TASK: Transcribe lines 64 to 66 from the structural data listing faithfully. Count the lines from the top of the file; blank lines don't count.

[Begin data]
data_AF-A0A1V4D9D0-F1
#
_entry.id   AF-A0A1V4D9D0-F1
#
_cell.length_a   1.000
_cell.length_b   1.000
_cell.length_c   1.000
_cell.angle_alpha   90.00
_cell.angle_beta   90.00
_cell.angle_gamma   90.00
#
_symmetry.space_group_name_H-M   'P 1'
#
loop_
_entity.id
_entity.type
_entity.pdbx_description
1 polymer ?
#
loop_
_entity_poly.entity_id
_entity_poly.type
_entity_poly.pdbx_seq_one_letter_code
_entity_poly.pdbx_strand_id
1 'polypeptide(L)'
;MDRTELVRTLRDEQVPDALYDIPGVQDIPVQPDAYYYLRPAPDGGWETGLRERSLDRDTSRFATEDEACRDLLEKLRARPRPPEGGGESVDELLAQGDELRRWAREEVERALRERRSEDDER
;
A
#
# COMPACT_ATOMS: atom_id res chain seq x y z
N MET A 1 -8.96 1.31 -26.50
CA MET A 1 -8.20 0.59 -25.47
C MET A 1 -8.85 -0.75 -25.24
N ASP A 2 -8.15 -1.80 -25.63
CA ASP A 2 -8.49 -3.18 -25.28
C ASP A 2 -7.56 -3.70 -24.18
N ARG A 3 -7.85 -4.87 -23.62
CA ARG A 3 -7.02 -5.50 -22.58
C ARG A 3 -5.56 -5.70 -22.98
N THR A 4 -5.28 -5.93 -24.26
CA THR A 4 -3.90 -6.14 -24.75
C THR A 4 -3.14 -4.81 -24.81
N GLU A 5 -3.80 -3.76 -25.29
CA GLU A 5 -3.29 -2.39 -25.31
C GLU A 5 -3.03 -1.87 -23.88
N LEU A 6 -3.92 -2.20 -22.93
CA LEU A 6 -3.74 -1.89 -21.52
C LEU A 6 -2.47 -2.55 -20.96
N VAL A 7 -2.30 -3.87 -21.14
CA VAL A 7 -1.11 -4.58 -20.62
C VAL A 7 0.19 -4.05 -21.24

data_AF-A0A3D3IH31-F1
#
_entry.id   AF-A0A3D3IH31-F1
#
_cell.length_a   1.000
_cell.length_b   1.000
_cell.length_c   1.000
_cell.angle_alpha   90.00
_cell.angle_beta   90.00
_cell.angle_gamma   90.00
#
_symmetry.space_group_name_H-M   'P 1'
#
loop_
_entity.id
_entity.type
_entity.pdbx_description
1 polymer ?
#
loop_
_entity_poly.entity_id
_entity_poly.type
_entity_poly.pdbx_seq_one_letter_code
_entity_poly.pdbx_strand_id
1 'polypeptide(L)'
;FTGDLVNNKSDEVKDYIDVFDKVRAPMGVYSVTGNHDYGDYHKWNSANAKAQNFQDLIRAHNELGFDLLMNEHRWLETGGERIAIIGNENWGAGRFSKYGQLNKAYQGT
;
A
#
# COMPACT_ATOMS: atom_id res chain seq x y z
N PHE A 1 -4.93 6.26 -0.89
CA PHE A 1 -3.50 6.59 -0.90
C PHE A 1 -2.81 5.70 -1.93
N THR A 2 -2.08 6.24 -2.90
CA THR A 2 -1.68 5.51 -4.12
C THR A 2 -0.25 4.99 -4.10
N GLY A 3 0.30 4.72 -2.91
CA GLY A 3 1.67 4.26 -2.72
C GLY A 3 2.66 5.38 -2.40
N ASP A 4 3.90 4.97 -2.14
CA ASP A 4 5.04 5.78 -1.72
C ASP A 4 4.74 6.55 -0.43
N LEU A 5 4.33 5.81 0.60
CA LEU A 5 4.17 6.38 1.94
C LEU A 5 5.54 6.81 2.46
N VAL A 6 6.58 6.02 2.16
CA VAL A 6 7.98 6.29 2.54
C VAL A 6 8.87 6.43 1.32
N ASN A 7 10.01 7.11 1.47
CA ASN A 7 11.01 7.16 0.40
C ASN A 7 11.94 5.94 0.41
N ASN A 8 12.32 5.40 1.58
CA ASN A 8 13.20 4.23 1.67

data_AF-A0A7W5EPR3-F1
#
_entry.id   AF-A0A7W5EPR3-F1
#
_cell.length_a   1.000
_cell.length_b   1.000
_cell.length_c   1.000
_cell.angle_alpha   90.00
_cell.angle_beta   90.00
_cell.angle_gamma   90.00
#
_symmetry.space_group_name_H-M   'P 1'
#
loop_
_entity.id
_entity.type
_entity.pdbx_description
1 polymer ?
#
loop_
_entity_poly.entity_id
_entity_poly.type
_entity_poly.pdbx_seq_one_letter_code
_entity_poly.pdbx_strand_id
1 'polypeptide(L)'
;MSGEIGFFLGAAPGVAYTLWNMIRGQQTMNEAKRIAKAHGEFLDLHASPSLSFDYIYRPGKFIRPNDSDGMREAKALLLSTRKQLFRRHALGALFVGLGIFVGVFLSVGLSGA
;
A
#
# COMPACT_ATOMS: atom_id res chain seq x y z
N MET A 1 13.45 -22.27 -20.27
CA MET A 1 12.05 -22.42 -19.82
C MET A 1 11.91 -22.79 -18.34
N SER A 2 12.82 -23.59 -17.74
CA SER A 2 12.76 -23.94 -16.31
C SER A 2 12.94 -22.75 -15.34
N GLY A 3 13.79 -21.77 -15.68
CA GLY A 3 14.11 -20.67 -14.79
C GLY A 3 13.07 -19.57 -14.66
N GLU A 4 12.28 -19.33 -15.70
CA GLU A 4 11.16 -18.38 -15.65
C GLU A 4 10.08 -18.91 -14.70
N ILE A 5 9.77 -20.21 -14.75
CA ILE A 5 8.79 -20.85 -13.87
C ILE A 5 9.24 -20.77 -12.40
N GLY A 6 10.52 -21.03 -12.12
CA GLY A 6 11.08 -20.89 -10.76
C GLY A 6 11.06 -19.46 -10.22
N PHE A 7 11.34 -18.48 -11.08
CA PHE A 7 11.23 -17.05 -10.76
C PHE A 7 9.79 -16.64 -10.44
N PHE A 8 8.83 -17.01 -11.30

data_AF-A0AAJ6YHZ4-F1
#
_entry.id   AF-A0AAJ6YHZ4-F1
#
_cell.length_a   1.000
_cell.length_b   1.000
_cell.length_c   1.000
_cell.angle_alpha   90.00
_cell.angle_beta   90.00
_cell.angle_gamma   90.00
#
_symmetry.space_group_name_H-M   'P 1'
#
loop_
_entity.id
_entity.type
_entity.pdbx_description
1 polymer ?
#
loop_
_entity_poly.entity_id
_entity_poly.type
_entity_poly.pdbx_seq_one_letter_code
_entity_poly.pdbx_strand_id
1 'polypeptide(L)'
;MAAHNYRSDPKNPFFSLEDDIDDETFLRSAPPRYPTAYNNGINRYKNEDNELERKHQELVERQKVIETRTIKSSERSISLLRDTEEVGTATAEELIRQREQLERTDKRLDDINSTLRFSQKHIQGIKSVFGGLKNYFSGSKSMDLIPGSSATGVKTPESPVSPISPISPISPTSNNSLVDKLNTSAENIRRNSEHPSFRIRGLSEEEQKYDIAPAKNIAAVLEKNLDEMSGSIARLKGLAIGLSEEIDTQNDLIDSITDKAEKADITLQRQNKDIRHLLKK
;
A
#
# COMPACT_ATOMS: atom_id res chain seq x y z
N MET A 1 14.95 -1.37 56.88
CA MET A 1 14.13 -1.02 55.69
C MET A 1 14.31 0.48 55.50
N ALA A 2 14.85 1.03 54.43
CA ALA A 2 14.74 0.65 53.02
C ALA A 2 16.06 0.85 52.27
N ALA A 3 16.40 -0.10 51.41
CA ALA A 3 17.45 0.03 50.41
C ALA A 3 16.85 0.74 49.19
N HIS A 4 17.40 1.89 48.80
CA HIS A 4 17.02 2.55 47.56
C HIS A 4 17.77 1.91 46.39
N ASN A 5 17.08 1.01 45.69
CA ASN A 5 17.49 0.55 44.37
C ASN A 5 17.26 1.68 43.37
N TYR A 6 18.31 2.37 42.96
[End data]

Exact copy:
#
loop_
_entity.id